Alcohol is such a tricky drug. On the surface it appears to help us deal with things by relaxing us and ‘taking us away’ emotionally, yet in reality it does exactly the opposite. But it’s hard to see the reality because the surface impact is real. It works! If you are stressed – have a drink and BINGO the stress has eased somewhat. If you are angry have a drink and BINGO the anger has wained a little. If you are bored (the main reason I used for drinking) have a drink and BINGO the day is far from boring!!!
There’s a good reason millions of humans drink alcohol every day – on the surface it works. It is a drug that increases our dopamine, shifts our reality, warms our bellies, loosens our limbs, and takes the ‘edge’ off our thoughts. We need to be honest about this – the drug works and that’s why people drink it.
But – and this is key – it is a SHORT TERM fix, and if you are a heavy drinker like I was it was a SHORT TERM and HIGHLY DESTRUCTIVE AND DISFUNCTIONAL fix. I didn’t just have one drink to take the edge off. I took 7-8 to obliterate my synapses completely.
In getting sober we are forever forgoing that opportunity to take the edge off. Because we can’t stop at just one or two – we have none. And so we start living raw all the time and boy is it tiring and hard work. We stamp our feet and yell WAH!!! like babies because we want to blur the edges!! We want to have a little daily libation to help us with our stress or anger or boredom!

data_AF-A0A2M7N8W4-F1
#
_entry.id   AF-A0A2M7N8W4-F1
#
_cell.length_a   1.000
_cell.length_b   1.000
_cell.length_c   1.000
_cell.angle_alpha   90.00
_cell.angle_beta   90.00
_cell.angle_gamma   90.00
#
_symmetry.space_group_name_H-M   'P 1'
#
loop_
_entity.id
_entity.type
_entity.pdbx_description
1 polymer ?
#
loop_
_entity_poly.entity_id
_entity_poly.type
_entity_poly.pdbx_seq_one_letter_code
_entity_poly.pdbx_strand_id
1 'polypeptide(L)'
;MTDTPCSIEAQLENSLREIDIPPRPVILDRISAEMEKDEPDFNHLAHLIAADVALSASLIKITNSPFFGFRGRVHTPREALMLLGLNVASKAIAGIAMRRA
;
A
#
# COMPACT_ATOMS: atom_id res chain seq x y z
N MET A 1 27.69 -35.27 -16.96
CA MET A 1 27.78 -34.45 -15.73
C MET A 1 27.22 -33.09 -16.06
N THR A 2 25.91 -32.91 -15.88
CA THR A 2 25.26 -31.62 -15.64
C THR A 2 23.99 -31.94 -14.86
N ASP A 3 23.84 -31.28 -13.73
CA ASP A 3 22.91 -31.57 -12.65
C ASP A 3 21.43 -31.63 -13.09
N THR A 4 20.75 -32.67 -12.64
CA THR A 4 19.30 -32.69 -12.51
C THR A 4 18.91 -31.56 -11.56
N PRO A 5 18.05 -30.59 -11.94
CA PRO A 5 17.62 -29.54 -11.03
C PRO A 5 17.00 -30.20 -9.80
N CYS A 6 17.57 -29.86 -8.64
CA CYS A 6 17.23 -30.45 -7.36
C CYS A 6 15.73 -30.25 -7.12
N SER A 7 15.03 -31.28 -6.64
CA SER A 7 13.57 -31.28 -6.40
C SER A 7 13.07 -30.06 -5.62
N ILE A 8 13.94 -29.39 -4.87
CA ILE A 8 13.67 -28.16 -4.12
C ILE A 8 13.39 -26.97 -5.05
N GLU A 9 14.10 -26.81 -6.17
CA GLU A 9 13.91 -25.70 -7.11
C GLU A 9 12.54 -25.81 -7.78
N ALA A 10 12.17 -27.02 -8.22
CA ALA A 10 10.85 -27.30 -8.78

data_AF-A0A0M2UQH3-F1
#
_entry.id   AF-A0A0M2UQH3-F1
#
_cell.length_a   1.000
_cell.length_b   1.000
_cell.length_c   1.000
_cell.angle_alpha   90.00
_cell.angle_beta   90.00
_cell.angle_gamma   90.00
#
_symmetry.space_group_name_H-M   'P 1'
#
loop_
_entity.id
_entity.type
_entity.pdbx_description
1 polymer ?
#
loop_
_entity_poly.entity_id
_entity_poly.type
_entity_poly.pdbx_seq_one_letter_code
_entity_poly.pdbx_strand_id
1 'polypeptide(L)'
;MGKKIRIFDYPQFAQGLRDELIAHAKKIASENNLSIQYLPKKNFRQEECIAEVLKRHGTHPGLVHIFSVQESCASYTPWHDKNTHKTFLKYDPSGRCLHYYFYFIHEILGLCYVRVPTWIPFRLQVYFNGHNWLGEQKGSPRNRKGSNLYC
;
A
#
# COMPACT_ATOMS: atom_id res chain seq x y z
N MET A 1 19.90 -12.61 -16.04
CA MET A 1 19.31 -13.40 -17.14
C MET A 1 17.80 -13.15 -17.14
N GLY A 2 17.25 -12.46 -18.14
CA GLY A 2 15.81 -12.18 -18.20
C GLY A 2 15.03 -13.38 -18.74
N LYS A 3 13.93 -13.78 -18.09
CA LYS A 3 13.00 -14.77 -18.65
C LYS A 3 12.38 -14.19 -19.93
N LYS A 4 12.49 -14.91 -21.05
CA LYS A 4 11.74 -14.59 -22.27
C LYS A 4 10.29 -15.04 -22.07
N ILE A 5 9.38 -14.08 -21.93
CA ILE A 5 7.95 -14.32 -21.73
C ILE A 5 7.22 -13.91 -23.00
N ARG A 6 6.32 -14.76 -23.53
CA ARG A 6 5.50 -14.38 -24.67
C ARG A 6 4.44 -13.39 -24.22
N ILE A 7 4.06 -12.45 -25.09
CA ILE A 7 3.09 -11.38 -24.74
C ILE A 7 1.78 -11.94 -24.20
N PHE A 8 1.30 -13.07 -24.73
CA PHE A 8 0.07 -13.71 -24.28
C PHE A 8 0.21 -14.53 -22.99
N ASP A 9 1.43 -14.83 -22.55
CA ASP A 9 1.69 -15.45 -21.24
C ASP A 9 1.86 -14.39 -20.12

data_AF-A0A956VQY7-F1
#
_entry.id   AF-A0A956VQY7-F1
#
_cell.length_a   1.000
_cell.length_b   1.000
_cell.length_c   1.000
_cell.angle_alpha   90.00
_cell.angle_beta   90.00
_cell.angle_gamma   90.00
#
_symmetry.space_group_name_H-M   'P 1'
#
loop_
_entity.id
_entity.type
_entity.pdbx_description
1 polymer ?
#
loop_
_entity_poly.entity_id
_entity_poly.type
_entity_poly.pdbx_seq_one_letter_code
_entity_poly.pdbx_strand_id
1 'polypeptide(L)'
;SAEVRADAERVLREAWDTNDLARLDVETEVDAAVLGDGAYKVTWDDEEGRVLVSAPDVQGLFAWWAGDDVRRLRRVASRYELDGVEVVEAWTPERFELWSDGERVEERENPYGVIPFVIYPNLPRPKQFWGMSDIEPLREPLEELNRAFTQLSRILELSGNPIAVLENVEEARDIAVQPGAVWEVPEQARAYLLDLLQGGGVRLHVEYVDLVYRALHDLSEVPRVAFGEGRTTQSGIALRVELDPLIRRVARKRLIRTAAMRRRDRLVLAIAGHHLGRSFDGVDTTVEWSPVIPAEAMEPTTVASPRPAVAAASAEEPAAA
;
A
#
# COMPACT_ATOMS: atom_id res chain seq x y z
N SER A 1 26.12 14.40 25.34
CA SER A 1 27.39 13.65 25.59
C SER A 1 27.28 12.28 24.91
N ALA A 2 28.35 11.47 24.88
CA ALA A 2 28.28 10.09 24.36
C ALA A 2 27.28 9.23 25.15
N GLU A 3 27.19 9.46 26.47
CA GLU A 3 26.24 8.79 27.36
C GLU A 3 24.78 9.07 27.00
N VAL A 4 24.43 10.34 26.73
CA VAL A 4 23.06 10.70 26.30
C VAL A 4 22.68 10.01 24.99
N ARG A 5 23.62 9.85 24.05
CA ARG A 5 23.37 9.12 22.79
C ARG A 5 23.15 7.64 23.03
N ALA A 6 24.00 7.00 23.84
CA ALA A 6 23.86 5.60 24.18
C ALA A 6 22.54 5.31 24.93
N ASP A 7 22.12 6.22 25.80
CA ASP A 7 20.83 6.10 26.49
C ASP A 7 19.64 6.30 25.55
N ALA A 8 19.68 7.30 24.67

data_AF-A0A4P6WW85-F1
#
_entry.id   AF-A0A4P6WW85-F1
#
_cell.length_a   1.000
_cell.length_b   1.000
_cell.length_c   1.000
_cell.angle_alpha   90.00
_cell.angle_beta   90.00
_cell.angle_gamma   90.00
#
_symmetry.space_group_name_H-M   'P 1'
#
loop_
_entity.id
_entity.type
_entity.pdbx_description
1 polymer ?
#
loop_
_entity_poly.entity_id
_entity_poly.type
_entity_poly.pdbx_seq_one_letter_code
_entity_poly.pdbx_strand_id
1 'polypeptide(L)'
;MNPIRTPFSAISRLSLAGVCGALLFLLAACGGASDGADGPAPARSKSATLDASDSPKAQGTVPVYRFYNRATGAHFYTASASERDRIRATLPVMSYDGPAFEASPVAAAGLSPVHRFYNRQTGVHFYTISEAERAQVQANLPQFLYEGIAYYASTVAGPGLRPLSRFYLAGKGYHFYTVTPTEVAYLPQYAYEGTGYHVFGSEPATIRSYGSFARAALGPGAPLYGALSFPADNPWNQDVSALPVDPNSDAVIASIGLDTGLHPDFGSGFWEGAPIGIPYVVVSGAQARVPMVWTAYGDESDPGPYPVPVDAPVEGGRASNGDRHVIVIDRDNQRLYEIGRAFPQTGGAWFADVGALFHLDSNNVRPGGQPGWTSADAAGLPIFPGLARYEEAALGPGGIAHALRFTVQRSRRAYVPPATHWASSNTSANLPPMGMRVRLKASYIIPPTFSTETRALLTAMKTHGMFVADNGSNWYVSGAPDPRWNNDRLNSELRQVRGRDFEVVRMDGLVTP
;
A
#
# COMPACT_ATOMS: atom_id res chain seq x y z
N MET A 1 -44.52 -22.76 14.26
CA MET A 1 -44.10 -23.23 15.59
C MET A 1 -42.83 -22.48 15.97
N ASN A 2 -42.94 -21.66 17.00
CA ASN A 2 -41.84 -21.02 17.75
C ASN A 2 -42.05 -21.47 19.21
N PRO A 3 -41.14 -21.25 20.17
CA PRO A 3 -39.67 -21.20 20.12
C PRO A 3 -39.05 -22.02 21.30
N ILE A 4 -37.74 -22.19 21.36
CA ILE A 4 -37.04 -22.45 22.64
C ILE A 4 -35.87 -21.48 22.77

But here’s where it’s important to remember that alcohol is a SHORT TERM fix. It actually does nothing at all to help with those real human ‘problems’ of stress or anger or boredom. And in actual fact it makes them worse because not only are we avoiding the shit and not dealing with it, we are adding more shit on top! We are deepening our addictions, acting sloppily, thinking destructively, giving ourselves headaches and guilt and misery.
It’s a recipe for disaster. Take one hard day, add alcohol and voila! You are left with avoidance, confusion and a deepening sadness. And you’ve done nothing to deal with what made the day hard in the first place.
Member @ylang-ylang had this realisation recently and wrote about it in the Members Feed. With her permission I am reprinting her update here.
@ylang-ylang: I live in Northland. It’s been storming here for the past few days. I’m at home alone and am getting really bored now. I’ve watched 4 DVDs and a shit load of TV. I’ve done some weird house work (oiled the wooden furniture, cleaned out the cupboard under the sink) and eaten a shit load of food. Bored, bored, bored. I was sitting on the sofa yesterday watching a movie and the characters were drinking. My thoughts were “how pissed would I be now if I still drank?” I’m here alone, it’s raining, I’m bored – in the past I would have started with wine at lunch time.
But if I’d been drinking it would look a lot worse. No random housework and this morning instead of being a bit pissed off about being woken up by the bloody cat getting into a fight outside my bedroom at 6 fricking am, I’d be hungover as well.
And the rain and the cat fight would have happened regardless.